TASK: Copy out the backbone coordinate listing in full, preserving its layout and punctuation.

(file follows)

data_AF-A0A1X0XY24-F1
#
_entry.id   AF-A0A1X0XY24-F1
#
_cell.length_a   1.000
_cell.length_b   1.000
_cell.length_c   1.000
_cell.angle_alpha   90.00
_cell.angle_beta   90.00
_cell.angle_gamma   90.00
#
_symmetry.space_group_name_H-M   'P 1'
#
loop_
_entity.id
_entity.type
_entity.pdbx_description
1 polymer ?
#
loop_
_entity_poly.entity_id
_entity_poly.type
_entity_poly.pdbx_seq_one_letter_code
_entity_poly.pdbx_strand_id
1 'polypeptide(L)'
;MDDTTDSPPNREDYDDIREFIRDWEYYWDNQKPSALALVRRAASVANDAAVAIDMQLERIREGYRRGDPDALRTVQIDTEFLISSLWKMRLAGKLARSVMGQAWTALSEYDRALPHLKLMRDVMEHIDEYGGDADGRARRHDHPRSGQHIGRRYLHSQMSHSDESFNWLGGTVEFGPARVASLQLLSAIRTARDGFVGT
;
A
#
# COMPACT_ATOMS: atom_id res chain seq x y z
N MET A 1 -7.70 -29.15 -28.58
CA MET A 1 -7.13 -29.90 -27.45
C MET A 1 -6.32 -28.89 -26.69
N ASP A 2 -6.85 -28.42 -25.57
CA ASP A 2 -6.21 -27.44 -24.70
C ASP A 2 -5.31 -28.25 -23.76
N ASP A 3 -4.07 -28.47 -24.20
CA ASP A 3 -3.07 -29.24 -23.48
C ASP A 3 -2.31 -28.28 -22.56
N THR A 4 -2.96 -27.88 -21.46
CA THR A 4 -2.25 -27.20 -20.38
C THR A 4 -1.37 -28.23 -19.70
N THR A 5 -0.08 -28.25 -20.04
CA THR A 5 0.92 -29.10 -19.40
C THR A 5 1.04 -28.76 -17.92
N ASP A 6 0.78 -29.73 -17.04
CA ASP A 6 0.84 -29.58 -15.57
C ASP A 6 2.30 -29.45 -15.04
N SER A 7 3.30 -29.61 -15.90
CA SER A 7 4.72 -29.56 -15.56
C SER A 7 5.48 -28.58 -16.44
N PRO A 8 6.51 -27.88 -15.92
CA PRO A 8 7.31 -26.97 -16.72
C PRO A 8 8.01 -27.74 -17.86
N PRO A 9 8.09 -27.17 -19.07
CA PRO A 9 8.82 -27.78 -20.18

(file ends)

data_AF-A0A1X0XY24-F1
#
_entry.id   AF-A0A1X0XY24-F1
#
_cell.length_a   1.000
_cell.length_b   1.000
_cell.length_c   1.000
_cell.angle_alpha   90.00
_cell.angle_beta   90.00
_cell.angle_gamma   90.00
#
_symmetry.space_group_name_H-M   'P 1'
#
loop_
_entity.id
_entity.type
_entity.pdbx_description
1 polymer ?
#
loop_
_entity_poly.entity_id
_entity_poly.type
_entity_poly.pdbx_seq_one_letter_code
_entity_poly.pdbx_strand_id
1 'polypeptide(L)'
;MDDTTDSPPNREDYDDIREFIRDWEYYWDNQKPSALALVRRAASVANDAAVAIDMQLERIREGYRRGDPDALRTVQIDTEFLISSLWKMRLAGKLARSVMGQAWTALSEYDRALPHLKLMRDVMEHIDEYGGDADGRARRHDHPRSGQHIGRRYLHSQMSHSDESFNWLGGTVEFGPARVASLQLLSAIRTARDGFVGT
;
A
#
# COMPACT_ATOMS: atom_id res chain seq x y z
N MET A 1 -7.70 -29.15 -28.58
CA MET A 1 -7.13 -29.90 -27.45
C MET A 1 -6.32 -28.89 -26.69
N ASP A 2 -6.85 -28.42 -25.57
CA ASP A 2 -6.21 -27.44 -24.70
C ASP A 2 -5.31 -28.25 -23.76
N ASP A 3 -4.07 -28.47 -24.20
CA ASP A 3 -3.07 -29.24 -23.48
C ASP A 3 -2.31 -28.28 -22.56
N THR A 4 -2.96 -27.88 -21.46
CA THR A 4 -2.25 -27.20 -20.38
C THR A 4 -1.37 -28.23 -19.70
N THR A 5 -0.08 -28.25 -20.04
CA THR A 5 0.92 -29.10 -19.40
C THR A 5 1.04 -28.76 -17.92
N ASP A 6 0.78 -29.73 -17.04
CA ASP A 6 0.84 -29.58 -15.57
C ASP A 6 2.30 -29.45 -15.04
N SER A 7 3.30 -29.61 -15.90
CA SER A 7 4.72 -29.56 -15.56
C SER A 7 5.48 -28.58 -16.44
N PRO A 8 6.51 -27.88 -15.92
CA PRO A 8 7.31 -26.97 -16.72
C PRO A 8 8.01 -27.74 -17.86
N PRO A 9 8.09 -27.17 -19.07
CA PRO A 9 8.82 -27.78 -20.18